Treatment for dog skin cancer can depend on the type of cancer, location, and stage, but prognosis is usually better if the cancer is caught early on.1,2 Treatment methods typically include surgery, chemotherapy, radiation therapy, or a combination.1 The table below shows some of the most common forms of treatment for each type of skin cancer and prognosis.1

Type of Cancer

Treatment Method


Squamous cell carcinoma

Surgical removal

Late diagnosis and recurrence of the original tumor can decrease survivability.

Mast cell tumors

Surgical removal, radiation therapy, and chemotherapy

Large, rapid-growth tumors and those not completely surgically removed have a worse prognosis.


Surgical removal, then follow-up radiation therapy and chemotherapy

Complete removal and additional therapy can prolong quality of life, but recurrence is common.

Malignant melanomas

Surgical removal, potential removal of toe or jaw portion if affected

Early treatment is critical due to rapid spreading; survival may range from 1 – 36 months.


Chemotherapy and possibly other drugs

Depending on the type, it can be progressive and terminal.

If your pup’s quality of life is poor before or after treatment, or the type or stage of cancer doesn’t have a good prognosis, euthanasia may be considered. Talk with your vet or veterinary oncologist about which treatment options are best for your dog.

The loss of a pet is never easy. That’s why we do what we can to help relieve stress during this time of transition with insurance coverage for euthanasia, burial, and cremation services, as well as grief counseling.3

Preventing Dog Skin Cancer

The exact cause of your pup’s cancer may not be known, but viruses, solar radiation, chemicals, hormonal abnormalities, and genetics can all play a part in causing skin cancer in dogs.1 While we can’t completely prevent cancer, we can help protect our dogs from those external factors that may put them at risk for developing skin cancer.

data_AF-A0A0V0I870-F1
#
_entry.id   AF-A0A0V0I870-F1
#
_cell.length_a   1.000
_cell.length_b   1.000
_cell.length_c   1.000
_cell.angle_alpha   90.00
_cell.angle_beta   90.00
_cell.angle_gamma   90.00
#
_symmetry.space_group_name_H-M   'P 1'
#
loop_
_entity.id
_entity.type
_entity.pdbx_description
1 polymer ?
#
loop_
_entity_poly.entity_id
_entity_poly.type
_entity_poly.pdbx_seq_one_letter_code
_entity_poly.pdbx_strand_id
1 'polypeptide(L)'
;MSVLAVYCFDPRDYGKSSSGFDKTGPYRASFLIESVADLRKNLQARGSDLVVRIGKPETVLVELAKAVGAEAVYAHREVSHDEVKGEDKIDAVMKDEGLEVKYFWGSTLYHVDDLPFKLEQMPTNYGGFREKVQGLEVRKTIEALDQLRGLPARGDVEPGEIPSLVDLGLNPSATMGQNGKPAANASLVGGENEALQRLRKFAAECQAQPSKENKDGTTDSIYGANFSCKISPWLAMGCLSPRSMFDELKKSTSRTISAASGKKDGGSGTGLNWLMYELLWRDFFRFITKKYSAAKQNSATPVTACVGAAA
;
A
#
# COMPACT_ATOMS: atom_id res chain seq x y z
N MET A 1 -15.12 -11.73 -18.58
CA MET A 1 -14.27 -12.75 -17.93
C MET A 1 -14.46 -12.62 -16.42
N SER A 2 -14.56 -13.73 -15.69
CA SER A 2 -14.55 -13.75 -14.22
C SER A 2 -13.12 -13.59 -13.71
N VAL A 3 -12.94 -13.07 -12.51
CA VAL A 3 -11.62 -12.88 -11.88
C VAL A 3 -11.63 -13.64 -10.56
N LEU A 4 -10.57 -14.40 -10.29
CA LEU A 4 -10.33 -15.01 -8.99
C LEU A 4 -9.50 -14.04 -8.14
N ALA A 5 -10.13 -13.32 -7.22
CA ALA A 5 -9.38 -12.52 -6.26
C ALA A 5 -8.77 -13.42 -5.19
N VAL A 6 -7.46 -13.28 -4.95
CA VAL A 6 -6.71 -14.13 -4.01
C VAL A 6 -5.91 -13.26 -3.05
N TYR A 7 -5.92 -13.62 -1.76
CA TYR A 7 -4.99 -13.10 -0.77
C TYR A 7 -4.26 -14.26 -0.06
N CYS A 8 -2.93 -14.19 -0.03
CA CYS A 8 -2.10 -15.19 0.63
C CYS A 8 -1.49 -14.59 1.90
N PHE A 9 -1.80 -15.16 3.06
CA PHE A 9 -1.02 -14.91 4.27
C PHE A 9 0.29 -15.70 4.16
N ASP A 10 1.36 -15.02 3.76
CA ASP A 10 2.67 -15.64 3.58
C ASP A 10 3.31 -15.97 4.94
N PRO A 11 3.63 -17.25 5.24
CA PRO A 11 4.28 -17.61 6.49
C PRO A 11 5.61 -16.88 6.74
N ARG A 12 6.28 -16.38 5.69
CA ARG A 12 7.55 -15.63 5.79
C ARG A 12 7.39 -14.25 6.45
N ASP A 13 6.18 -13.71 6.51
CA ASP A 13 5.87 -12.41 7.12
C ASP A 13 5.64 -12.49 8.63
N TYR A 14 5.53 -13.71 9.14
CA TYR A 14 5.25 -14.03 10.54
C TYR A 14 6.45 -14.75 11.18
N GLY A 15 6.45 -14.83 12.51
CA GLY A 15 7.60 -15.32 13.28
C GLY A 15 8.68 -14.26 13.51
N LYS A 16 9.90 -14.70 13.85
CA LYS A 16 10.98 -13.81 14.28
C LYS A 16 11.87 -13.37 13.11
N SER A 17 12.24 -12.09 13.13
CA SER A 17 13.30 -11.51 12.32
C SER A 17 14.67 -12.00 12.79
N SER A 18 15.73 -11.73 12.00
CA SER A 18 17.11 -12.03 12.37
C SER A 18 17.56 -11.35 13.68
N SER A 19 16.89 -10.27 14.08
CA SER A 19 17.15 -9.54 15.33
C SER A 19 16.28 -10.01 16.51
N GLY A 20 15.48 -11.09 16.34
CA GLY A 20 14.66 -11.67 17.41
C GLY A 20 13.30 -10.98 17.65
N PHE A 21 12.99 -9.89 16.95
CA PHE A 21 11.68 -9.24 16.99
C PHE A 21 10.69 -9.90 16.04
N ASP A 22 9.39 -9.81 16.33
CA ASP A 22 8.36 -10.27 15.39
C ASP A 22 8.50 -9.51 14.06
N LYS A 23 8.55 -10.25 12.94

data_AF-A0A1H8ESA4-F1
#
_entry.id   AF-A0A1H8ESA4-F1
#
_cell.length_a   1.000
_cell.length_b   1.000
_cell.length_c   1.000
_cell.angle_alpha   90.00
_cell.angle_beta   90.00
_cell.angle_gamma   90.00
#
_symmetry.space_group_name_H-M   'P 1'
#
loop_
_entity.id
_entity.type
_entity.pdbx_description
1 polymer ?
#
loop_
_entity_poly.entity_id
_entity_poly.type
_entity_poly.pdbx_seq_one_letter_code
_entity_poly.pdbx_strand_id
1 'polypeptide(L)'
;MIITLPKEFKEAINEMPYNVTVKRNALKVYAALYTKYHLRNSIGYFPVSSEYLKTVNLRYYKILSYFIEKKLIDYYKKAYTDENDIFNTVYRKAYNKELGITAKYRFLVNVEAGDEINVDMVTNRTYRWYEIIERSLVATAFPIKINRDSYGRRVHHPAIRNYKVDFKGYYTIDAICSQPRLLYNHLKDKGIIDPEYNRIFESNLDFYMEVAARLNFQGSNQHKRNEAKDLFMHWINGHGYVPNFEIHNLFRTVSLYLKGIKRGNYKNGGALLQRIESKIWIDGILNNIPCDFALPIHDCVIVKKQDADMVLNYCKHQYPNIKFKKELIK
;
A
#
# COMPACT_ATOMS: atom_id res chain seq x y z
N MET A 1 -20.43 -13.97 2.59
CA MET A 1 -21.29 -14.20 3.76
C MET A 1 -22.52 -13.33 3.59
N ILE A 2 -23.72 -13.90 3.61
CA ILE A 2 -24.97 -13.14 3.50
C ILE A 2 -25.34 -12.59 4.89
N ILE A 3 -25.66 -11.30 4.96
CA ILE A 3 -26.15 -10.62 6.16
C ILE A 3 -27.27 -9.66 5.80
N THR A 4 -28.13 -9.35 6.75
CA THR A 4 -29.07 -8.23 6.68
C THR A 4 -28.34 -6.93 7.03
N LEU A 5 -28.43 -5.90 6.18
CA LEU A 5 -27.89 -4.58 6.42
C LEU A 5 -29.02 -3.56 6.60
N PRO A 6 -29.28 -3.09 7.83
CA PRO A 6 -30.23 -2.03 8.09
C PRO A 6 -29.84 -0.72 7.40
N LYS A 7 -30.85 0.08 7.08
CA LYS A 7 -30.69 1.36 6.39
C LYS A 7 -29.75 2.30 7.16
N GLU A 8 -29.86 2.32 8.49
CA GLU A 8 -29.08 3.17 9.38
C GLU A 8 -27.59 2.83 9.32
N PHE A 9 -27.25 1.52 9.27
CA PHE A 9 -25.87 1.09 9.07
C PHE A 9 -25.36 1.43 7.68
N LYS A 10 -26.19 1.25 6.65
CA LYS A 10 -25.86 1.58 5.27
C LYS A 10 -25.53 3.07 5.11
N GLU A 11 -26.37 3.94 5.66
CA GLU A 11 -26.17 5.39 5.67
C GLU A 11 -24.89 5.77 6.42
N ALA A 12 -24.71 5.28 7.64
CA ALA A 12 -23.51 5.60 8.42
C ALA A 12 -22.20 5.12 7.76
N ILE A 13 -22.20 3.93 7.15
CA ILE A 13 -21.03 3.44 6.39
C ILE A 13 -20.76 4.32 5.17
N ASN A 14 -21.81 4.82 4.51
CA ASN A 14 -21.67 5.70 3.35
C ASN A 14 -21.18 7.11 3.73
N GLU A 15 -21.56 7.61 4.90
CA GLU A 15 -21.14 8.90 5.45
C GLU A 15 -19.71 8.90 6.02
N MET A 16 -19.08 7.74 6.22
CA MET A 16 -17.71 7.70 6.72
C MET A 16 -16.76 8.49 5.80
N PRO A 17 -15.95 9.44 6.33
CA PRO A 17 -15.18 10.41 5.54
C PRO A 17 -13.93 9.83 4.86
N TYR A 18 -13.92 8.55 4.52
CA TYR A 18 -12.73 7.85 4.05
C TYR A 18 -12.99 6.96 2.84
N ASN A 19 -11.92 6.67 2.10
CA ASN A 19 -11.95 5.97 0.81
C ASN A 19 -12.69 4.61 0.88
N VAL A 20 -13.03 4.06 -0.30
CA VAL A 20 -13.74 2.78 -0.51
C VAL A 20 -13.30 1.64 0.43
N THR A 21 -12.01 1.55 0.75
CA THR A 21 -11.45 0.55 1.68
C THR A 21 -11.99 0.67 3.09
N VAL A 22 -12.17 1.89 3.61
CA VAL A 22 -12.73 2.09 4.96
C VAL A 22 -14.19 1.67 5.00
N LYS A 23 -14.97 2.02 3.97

Bringing your dog in for routine exams could help catch cancer earlier, and it can be a good idea to bring them to the vet if you notice any new growths or changes in existing growths.

MetLife Pet May Help Cover Cancer Costs and More

Whether it’s during a routine checkup or a diagnostic exam, getting a cancer diagnosis can be difficult emotionally and financially. The average cost of a vet visit for cancer is $725, and it can vary based on the treatment required and frequency — which could stretch out over months or years.4

Having a plan in place for unexpected vet expenses can help ease the financial burden. A dog insurance policy from MetLife Pet could be an essential part of this plan. We can typically reimburse up to 90% on vet bills for covered cancer expenses.5 Take Bently, a 10-year-old dog from Illinois, for example. He was diagnosed with fibrosarcoma and promptly had surgery to remove it. The vet bill cost nearly $2,000, but his parents were reimbursed close to $1,800 because of their MetLife Pet policy.6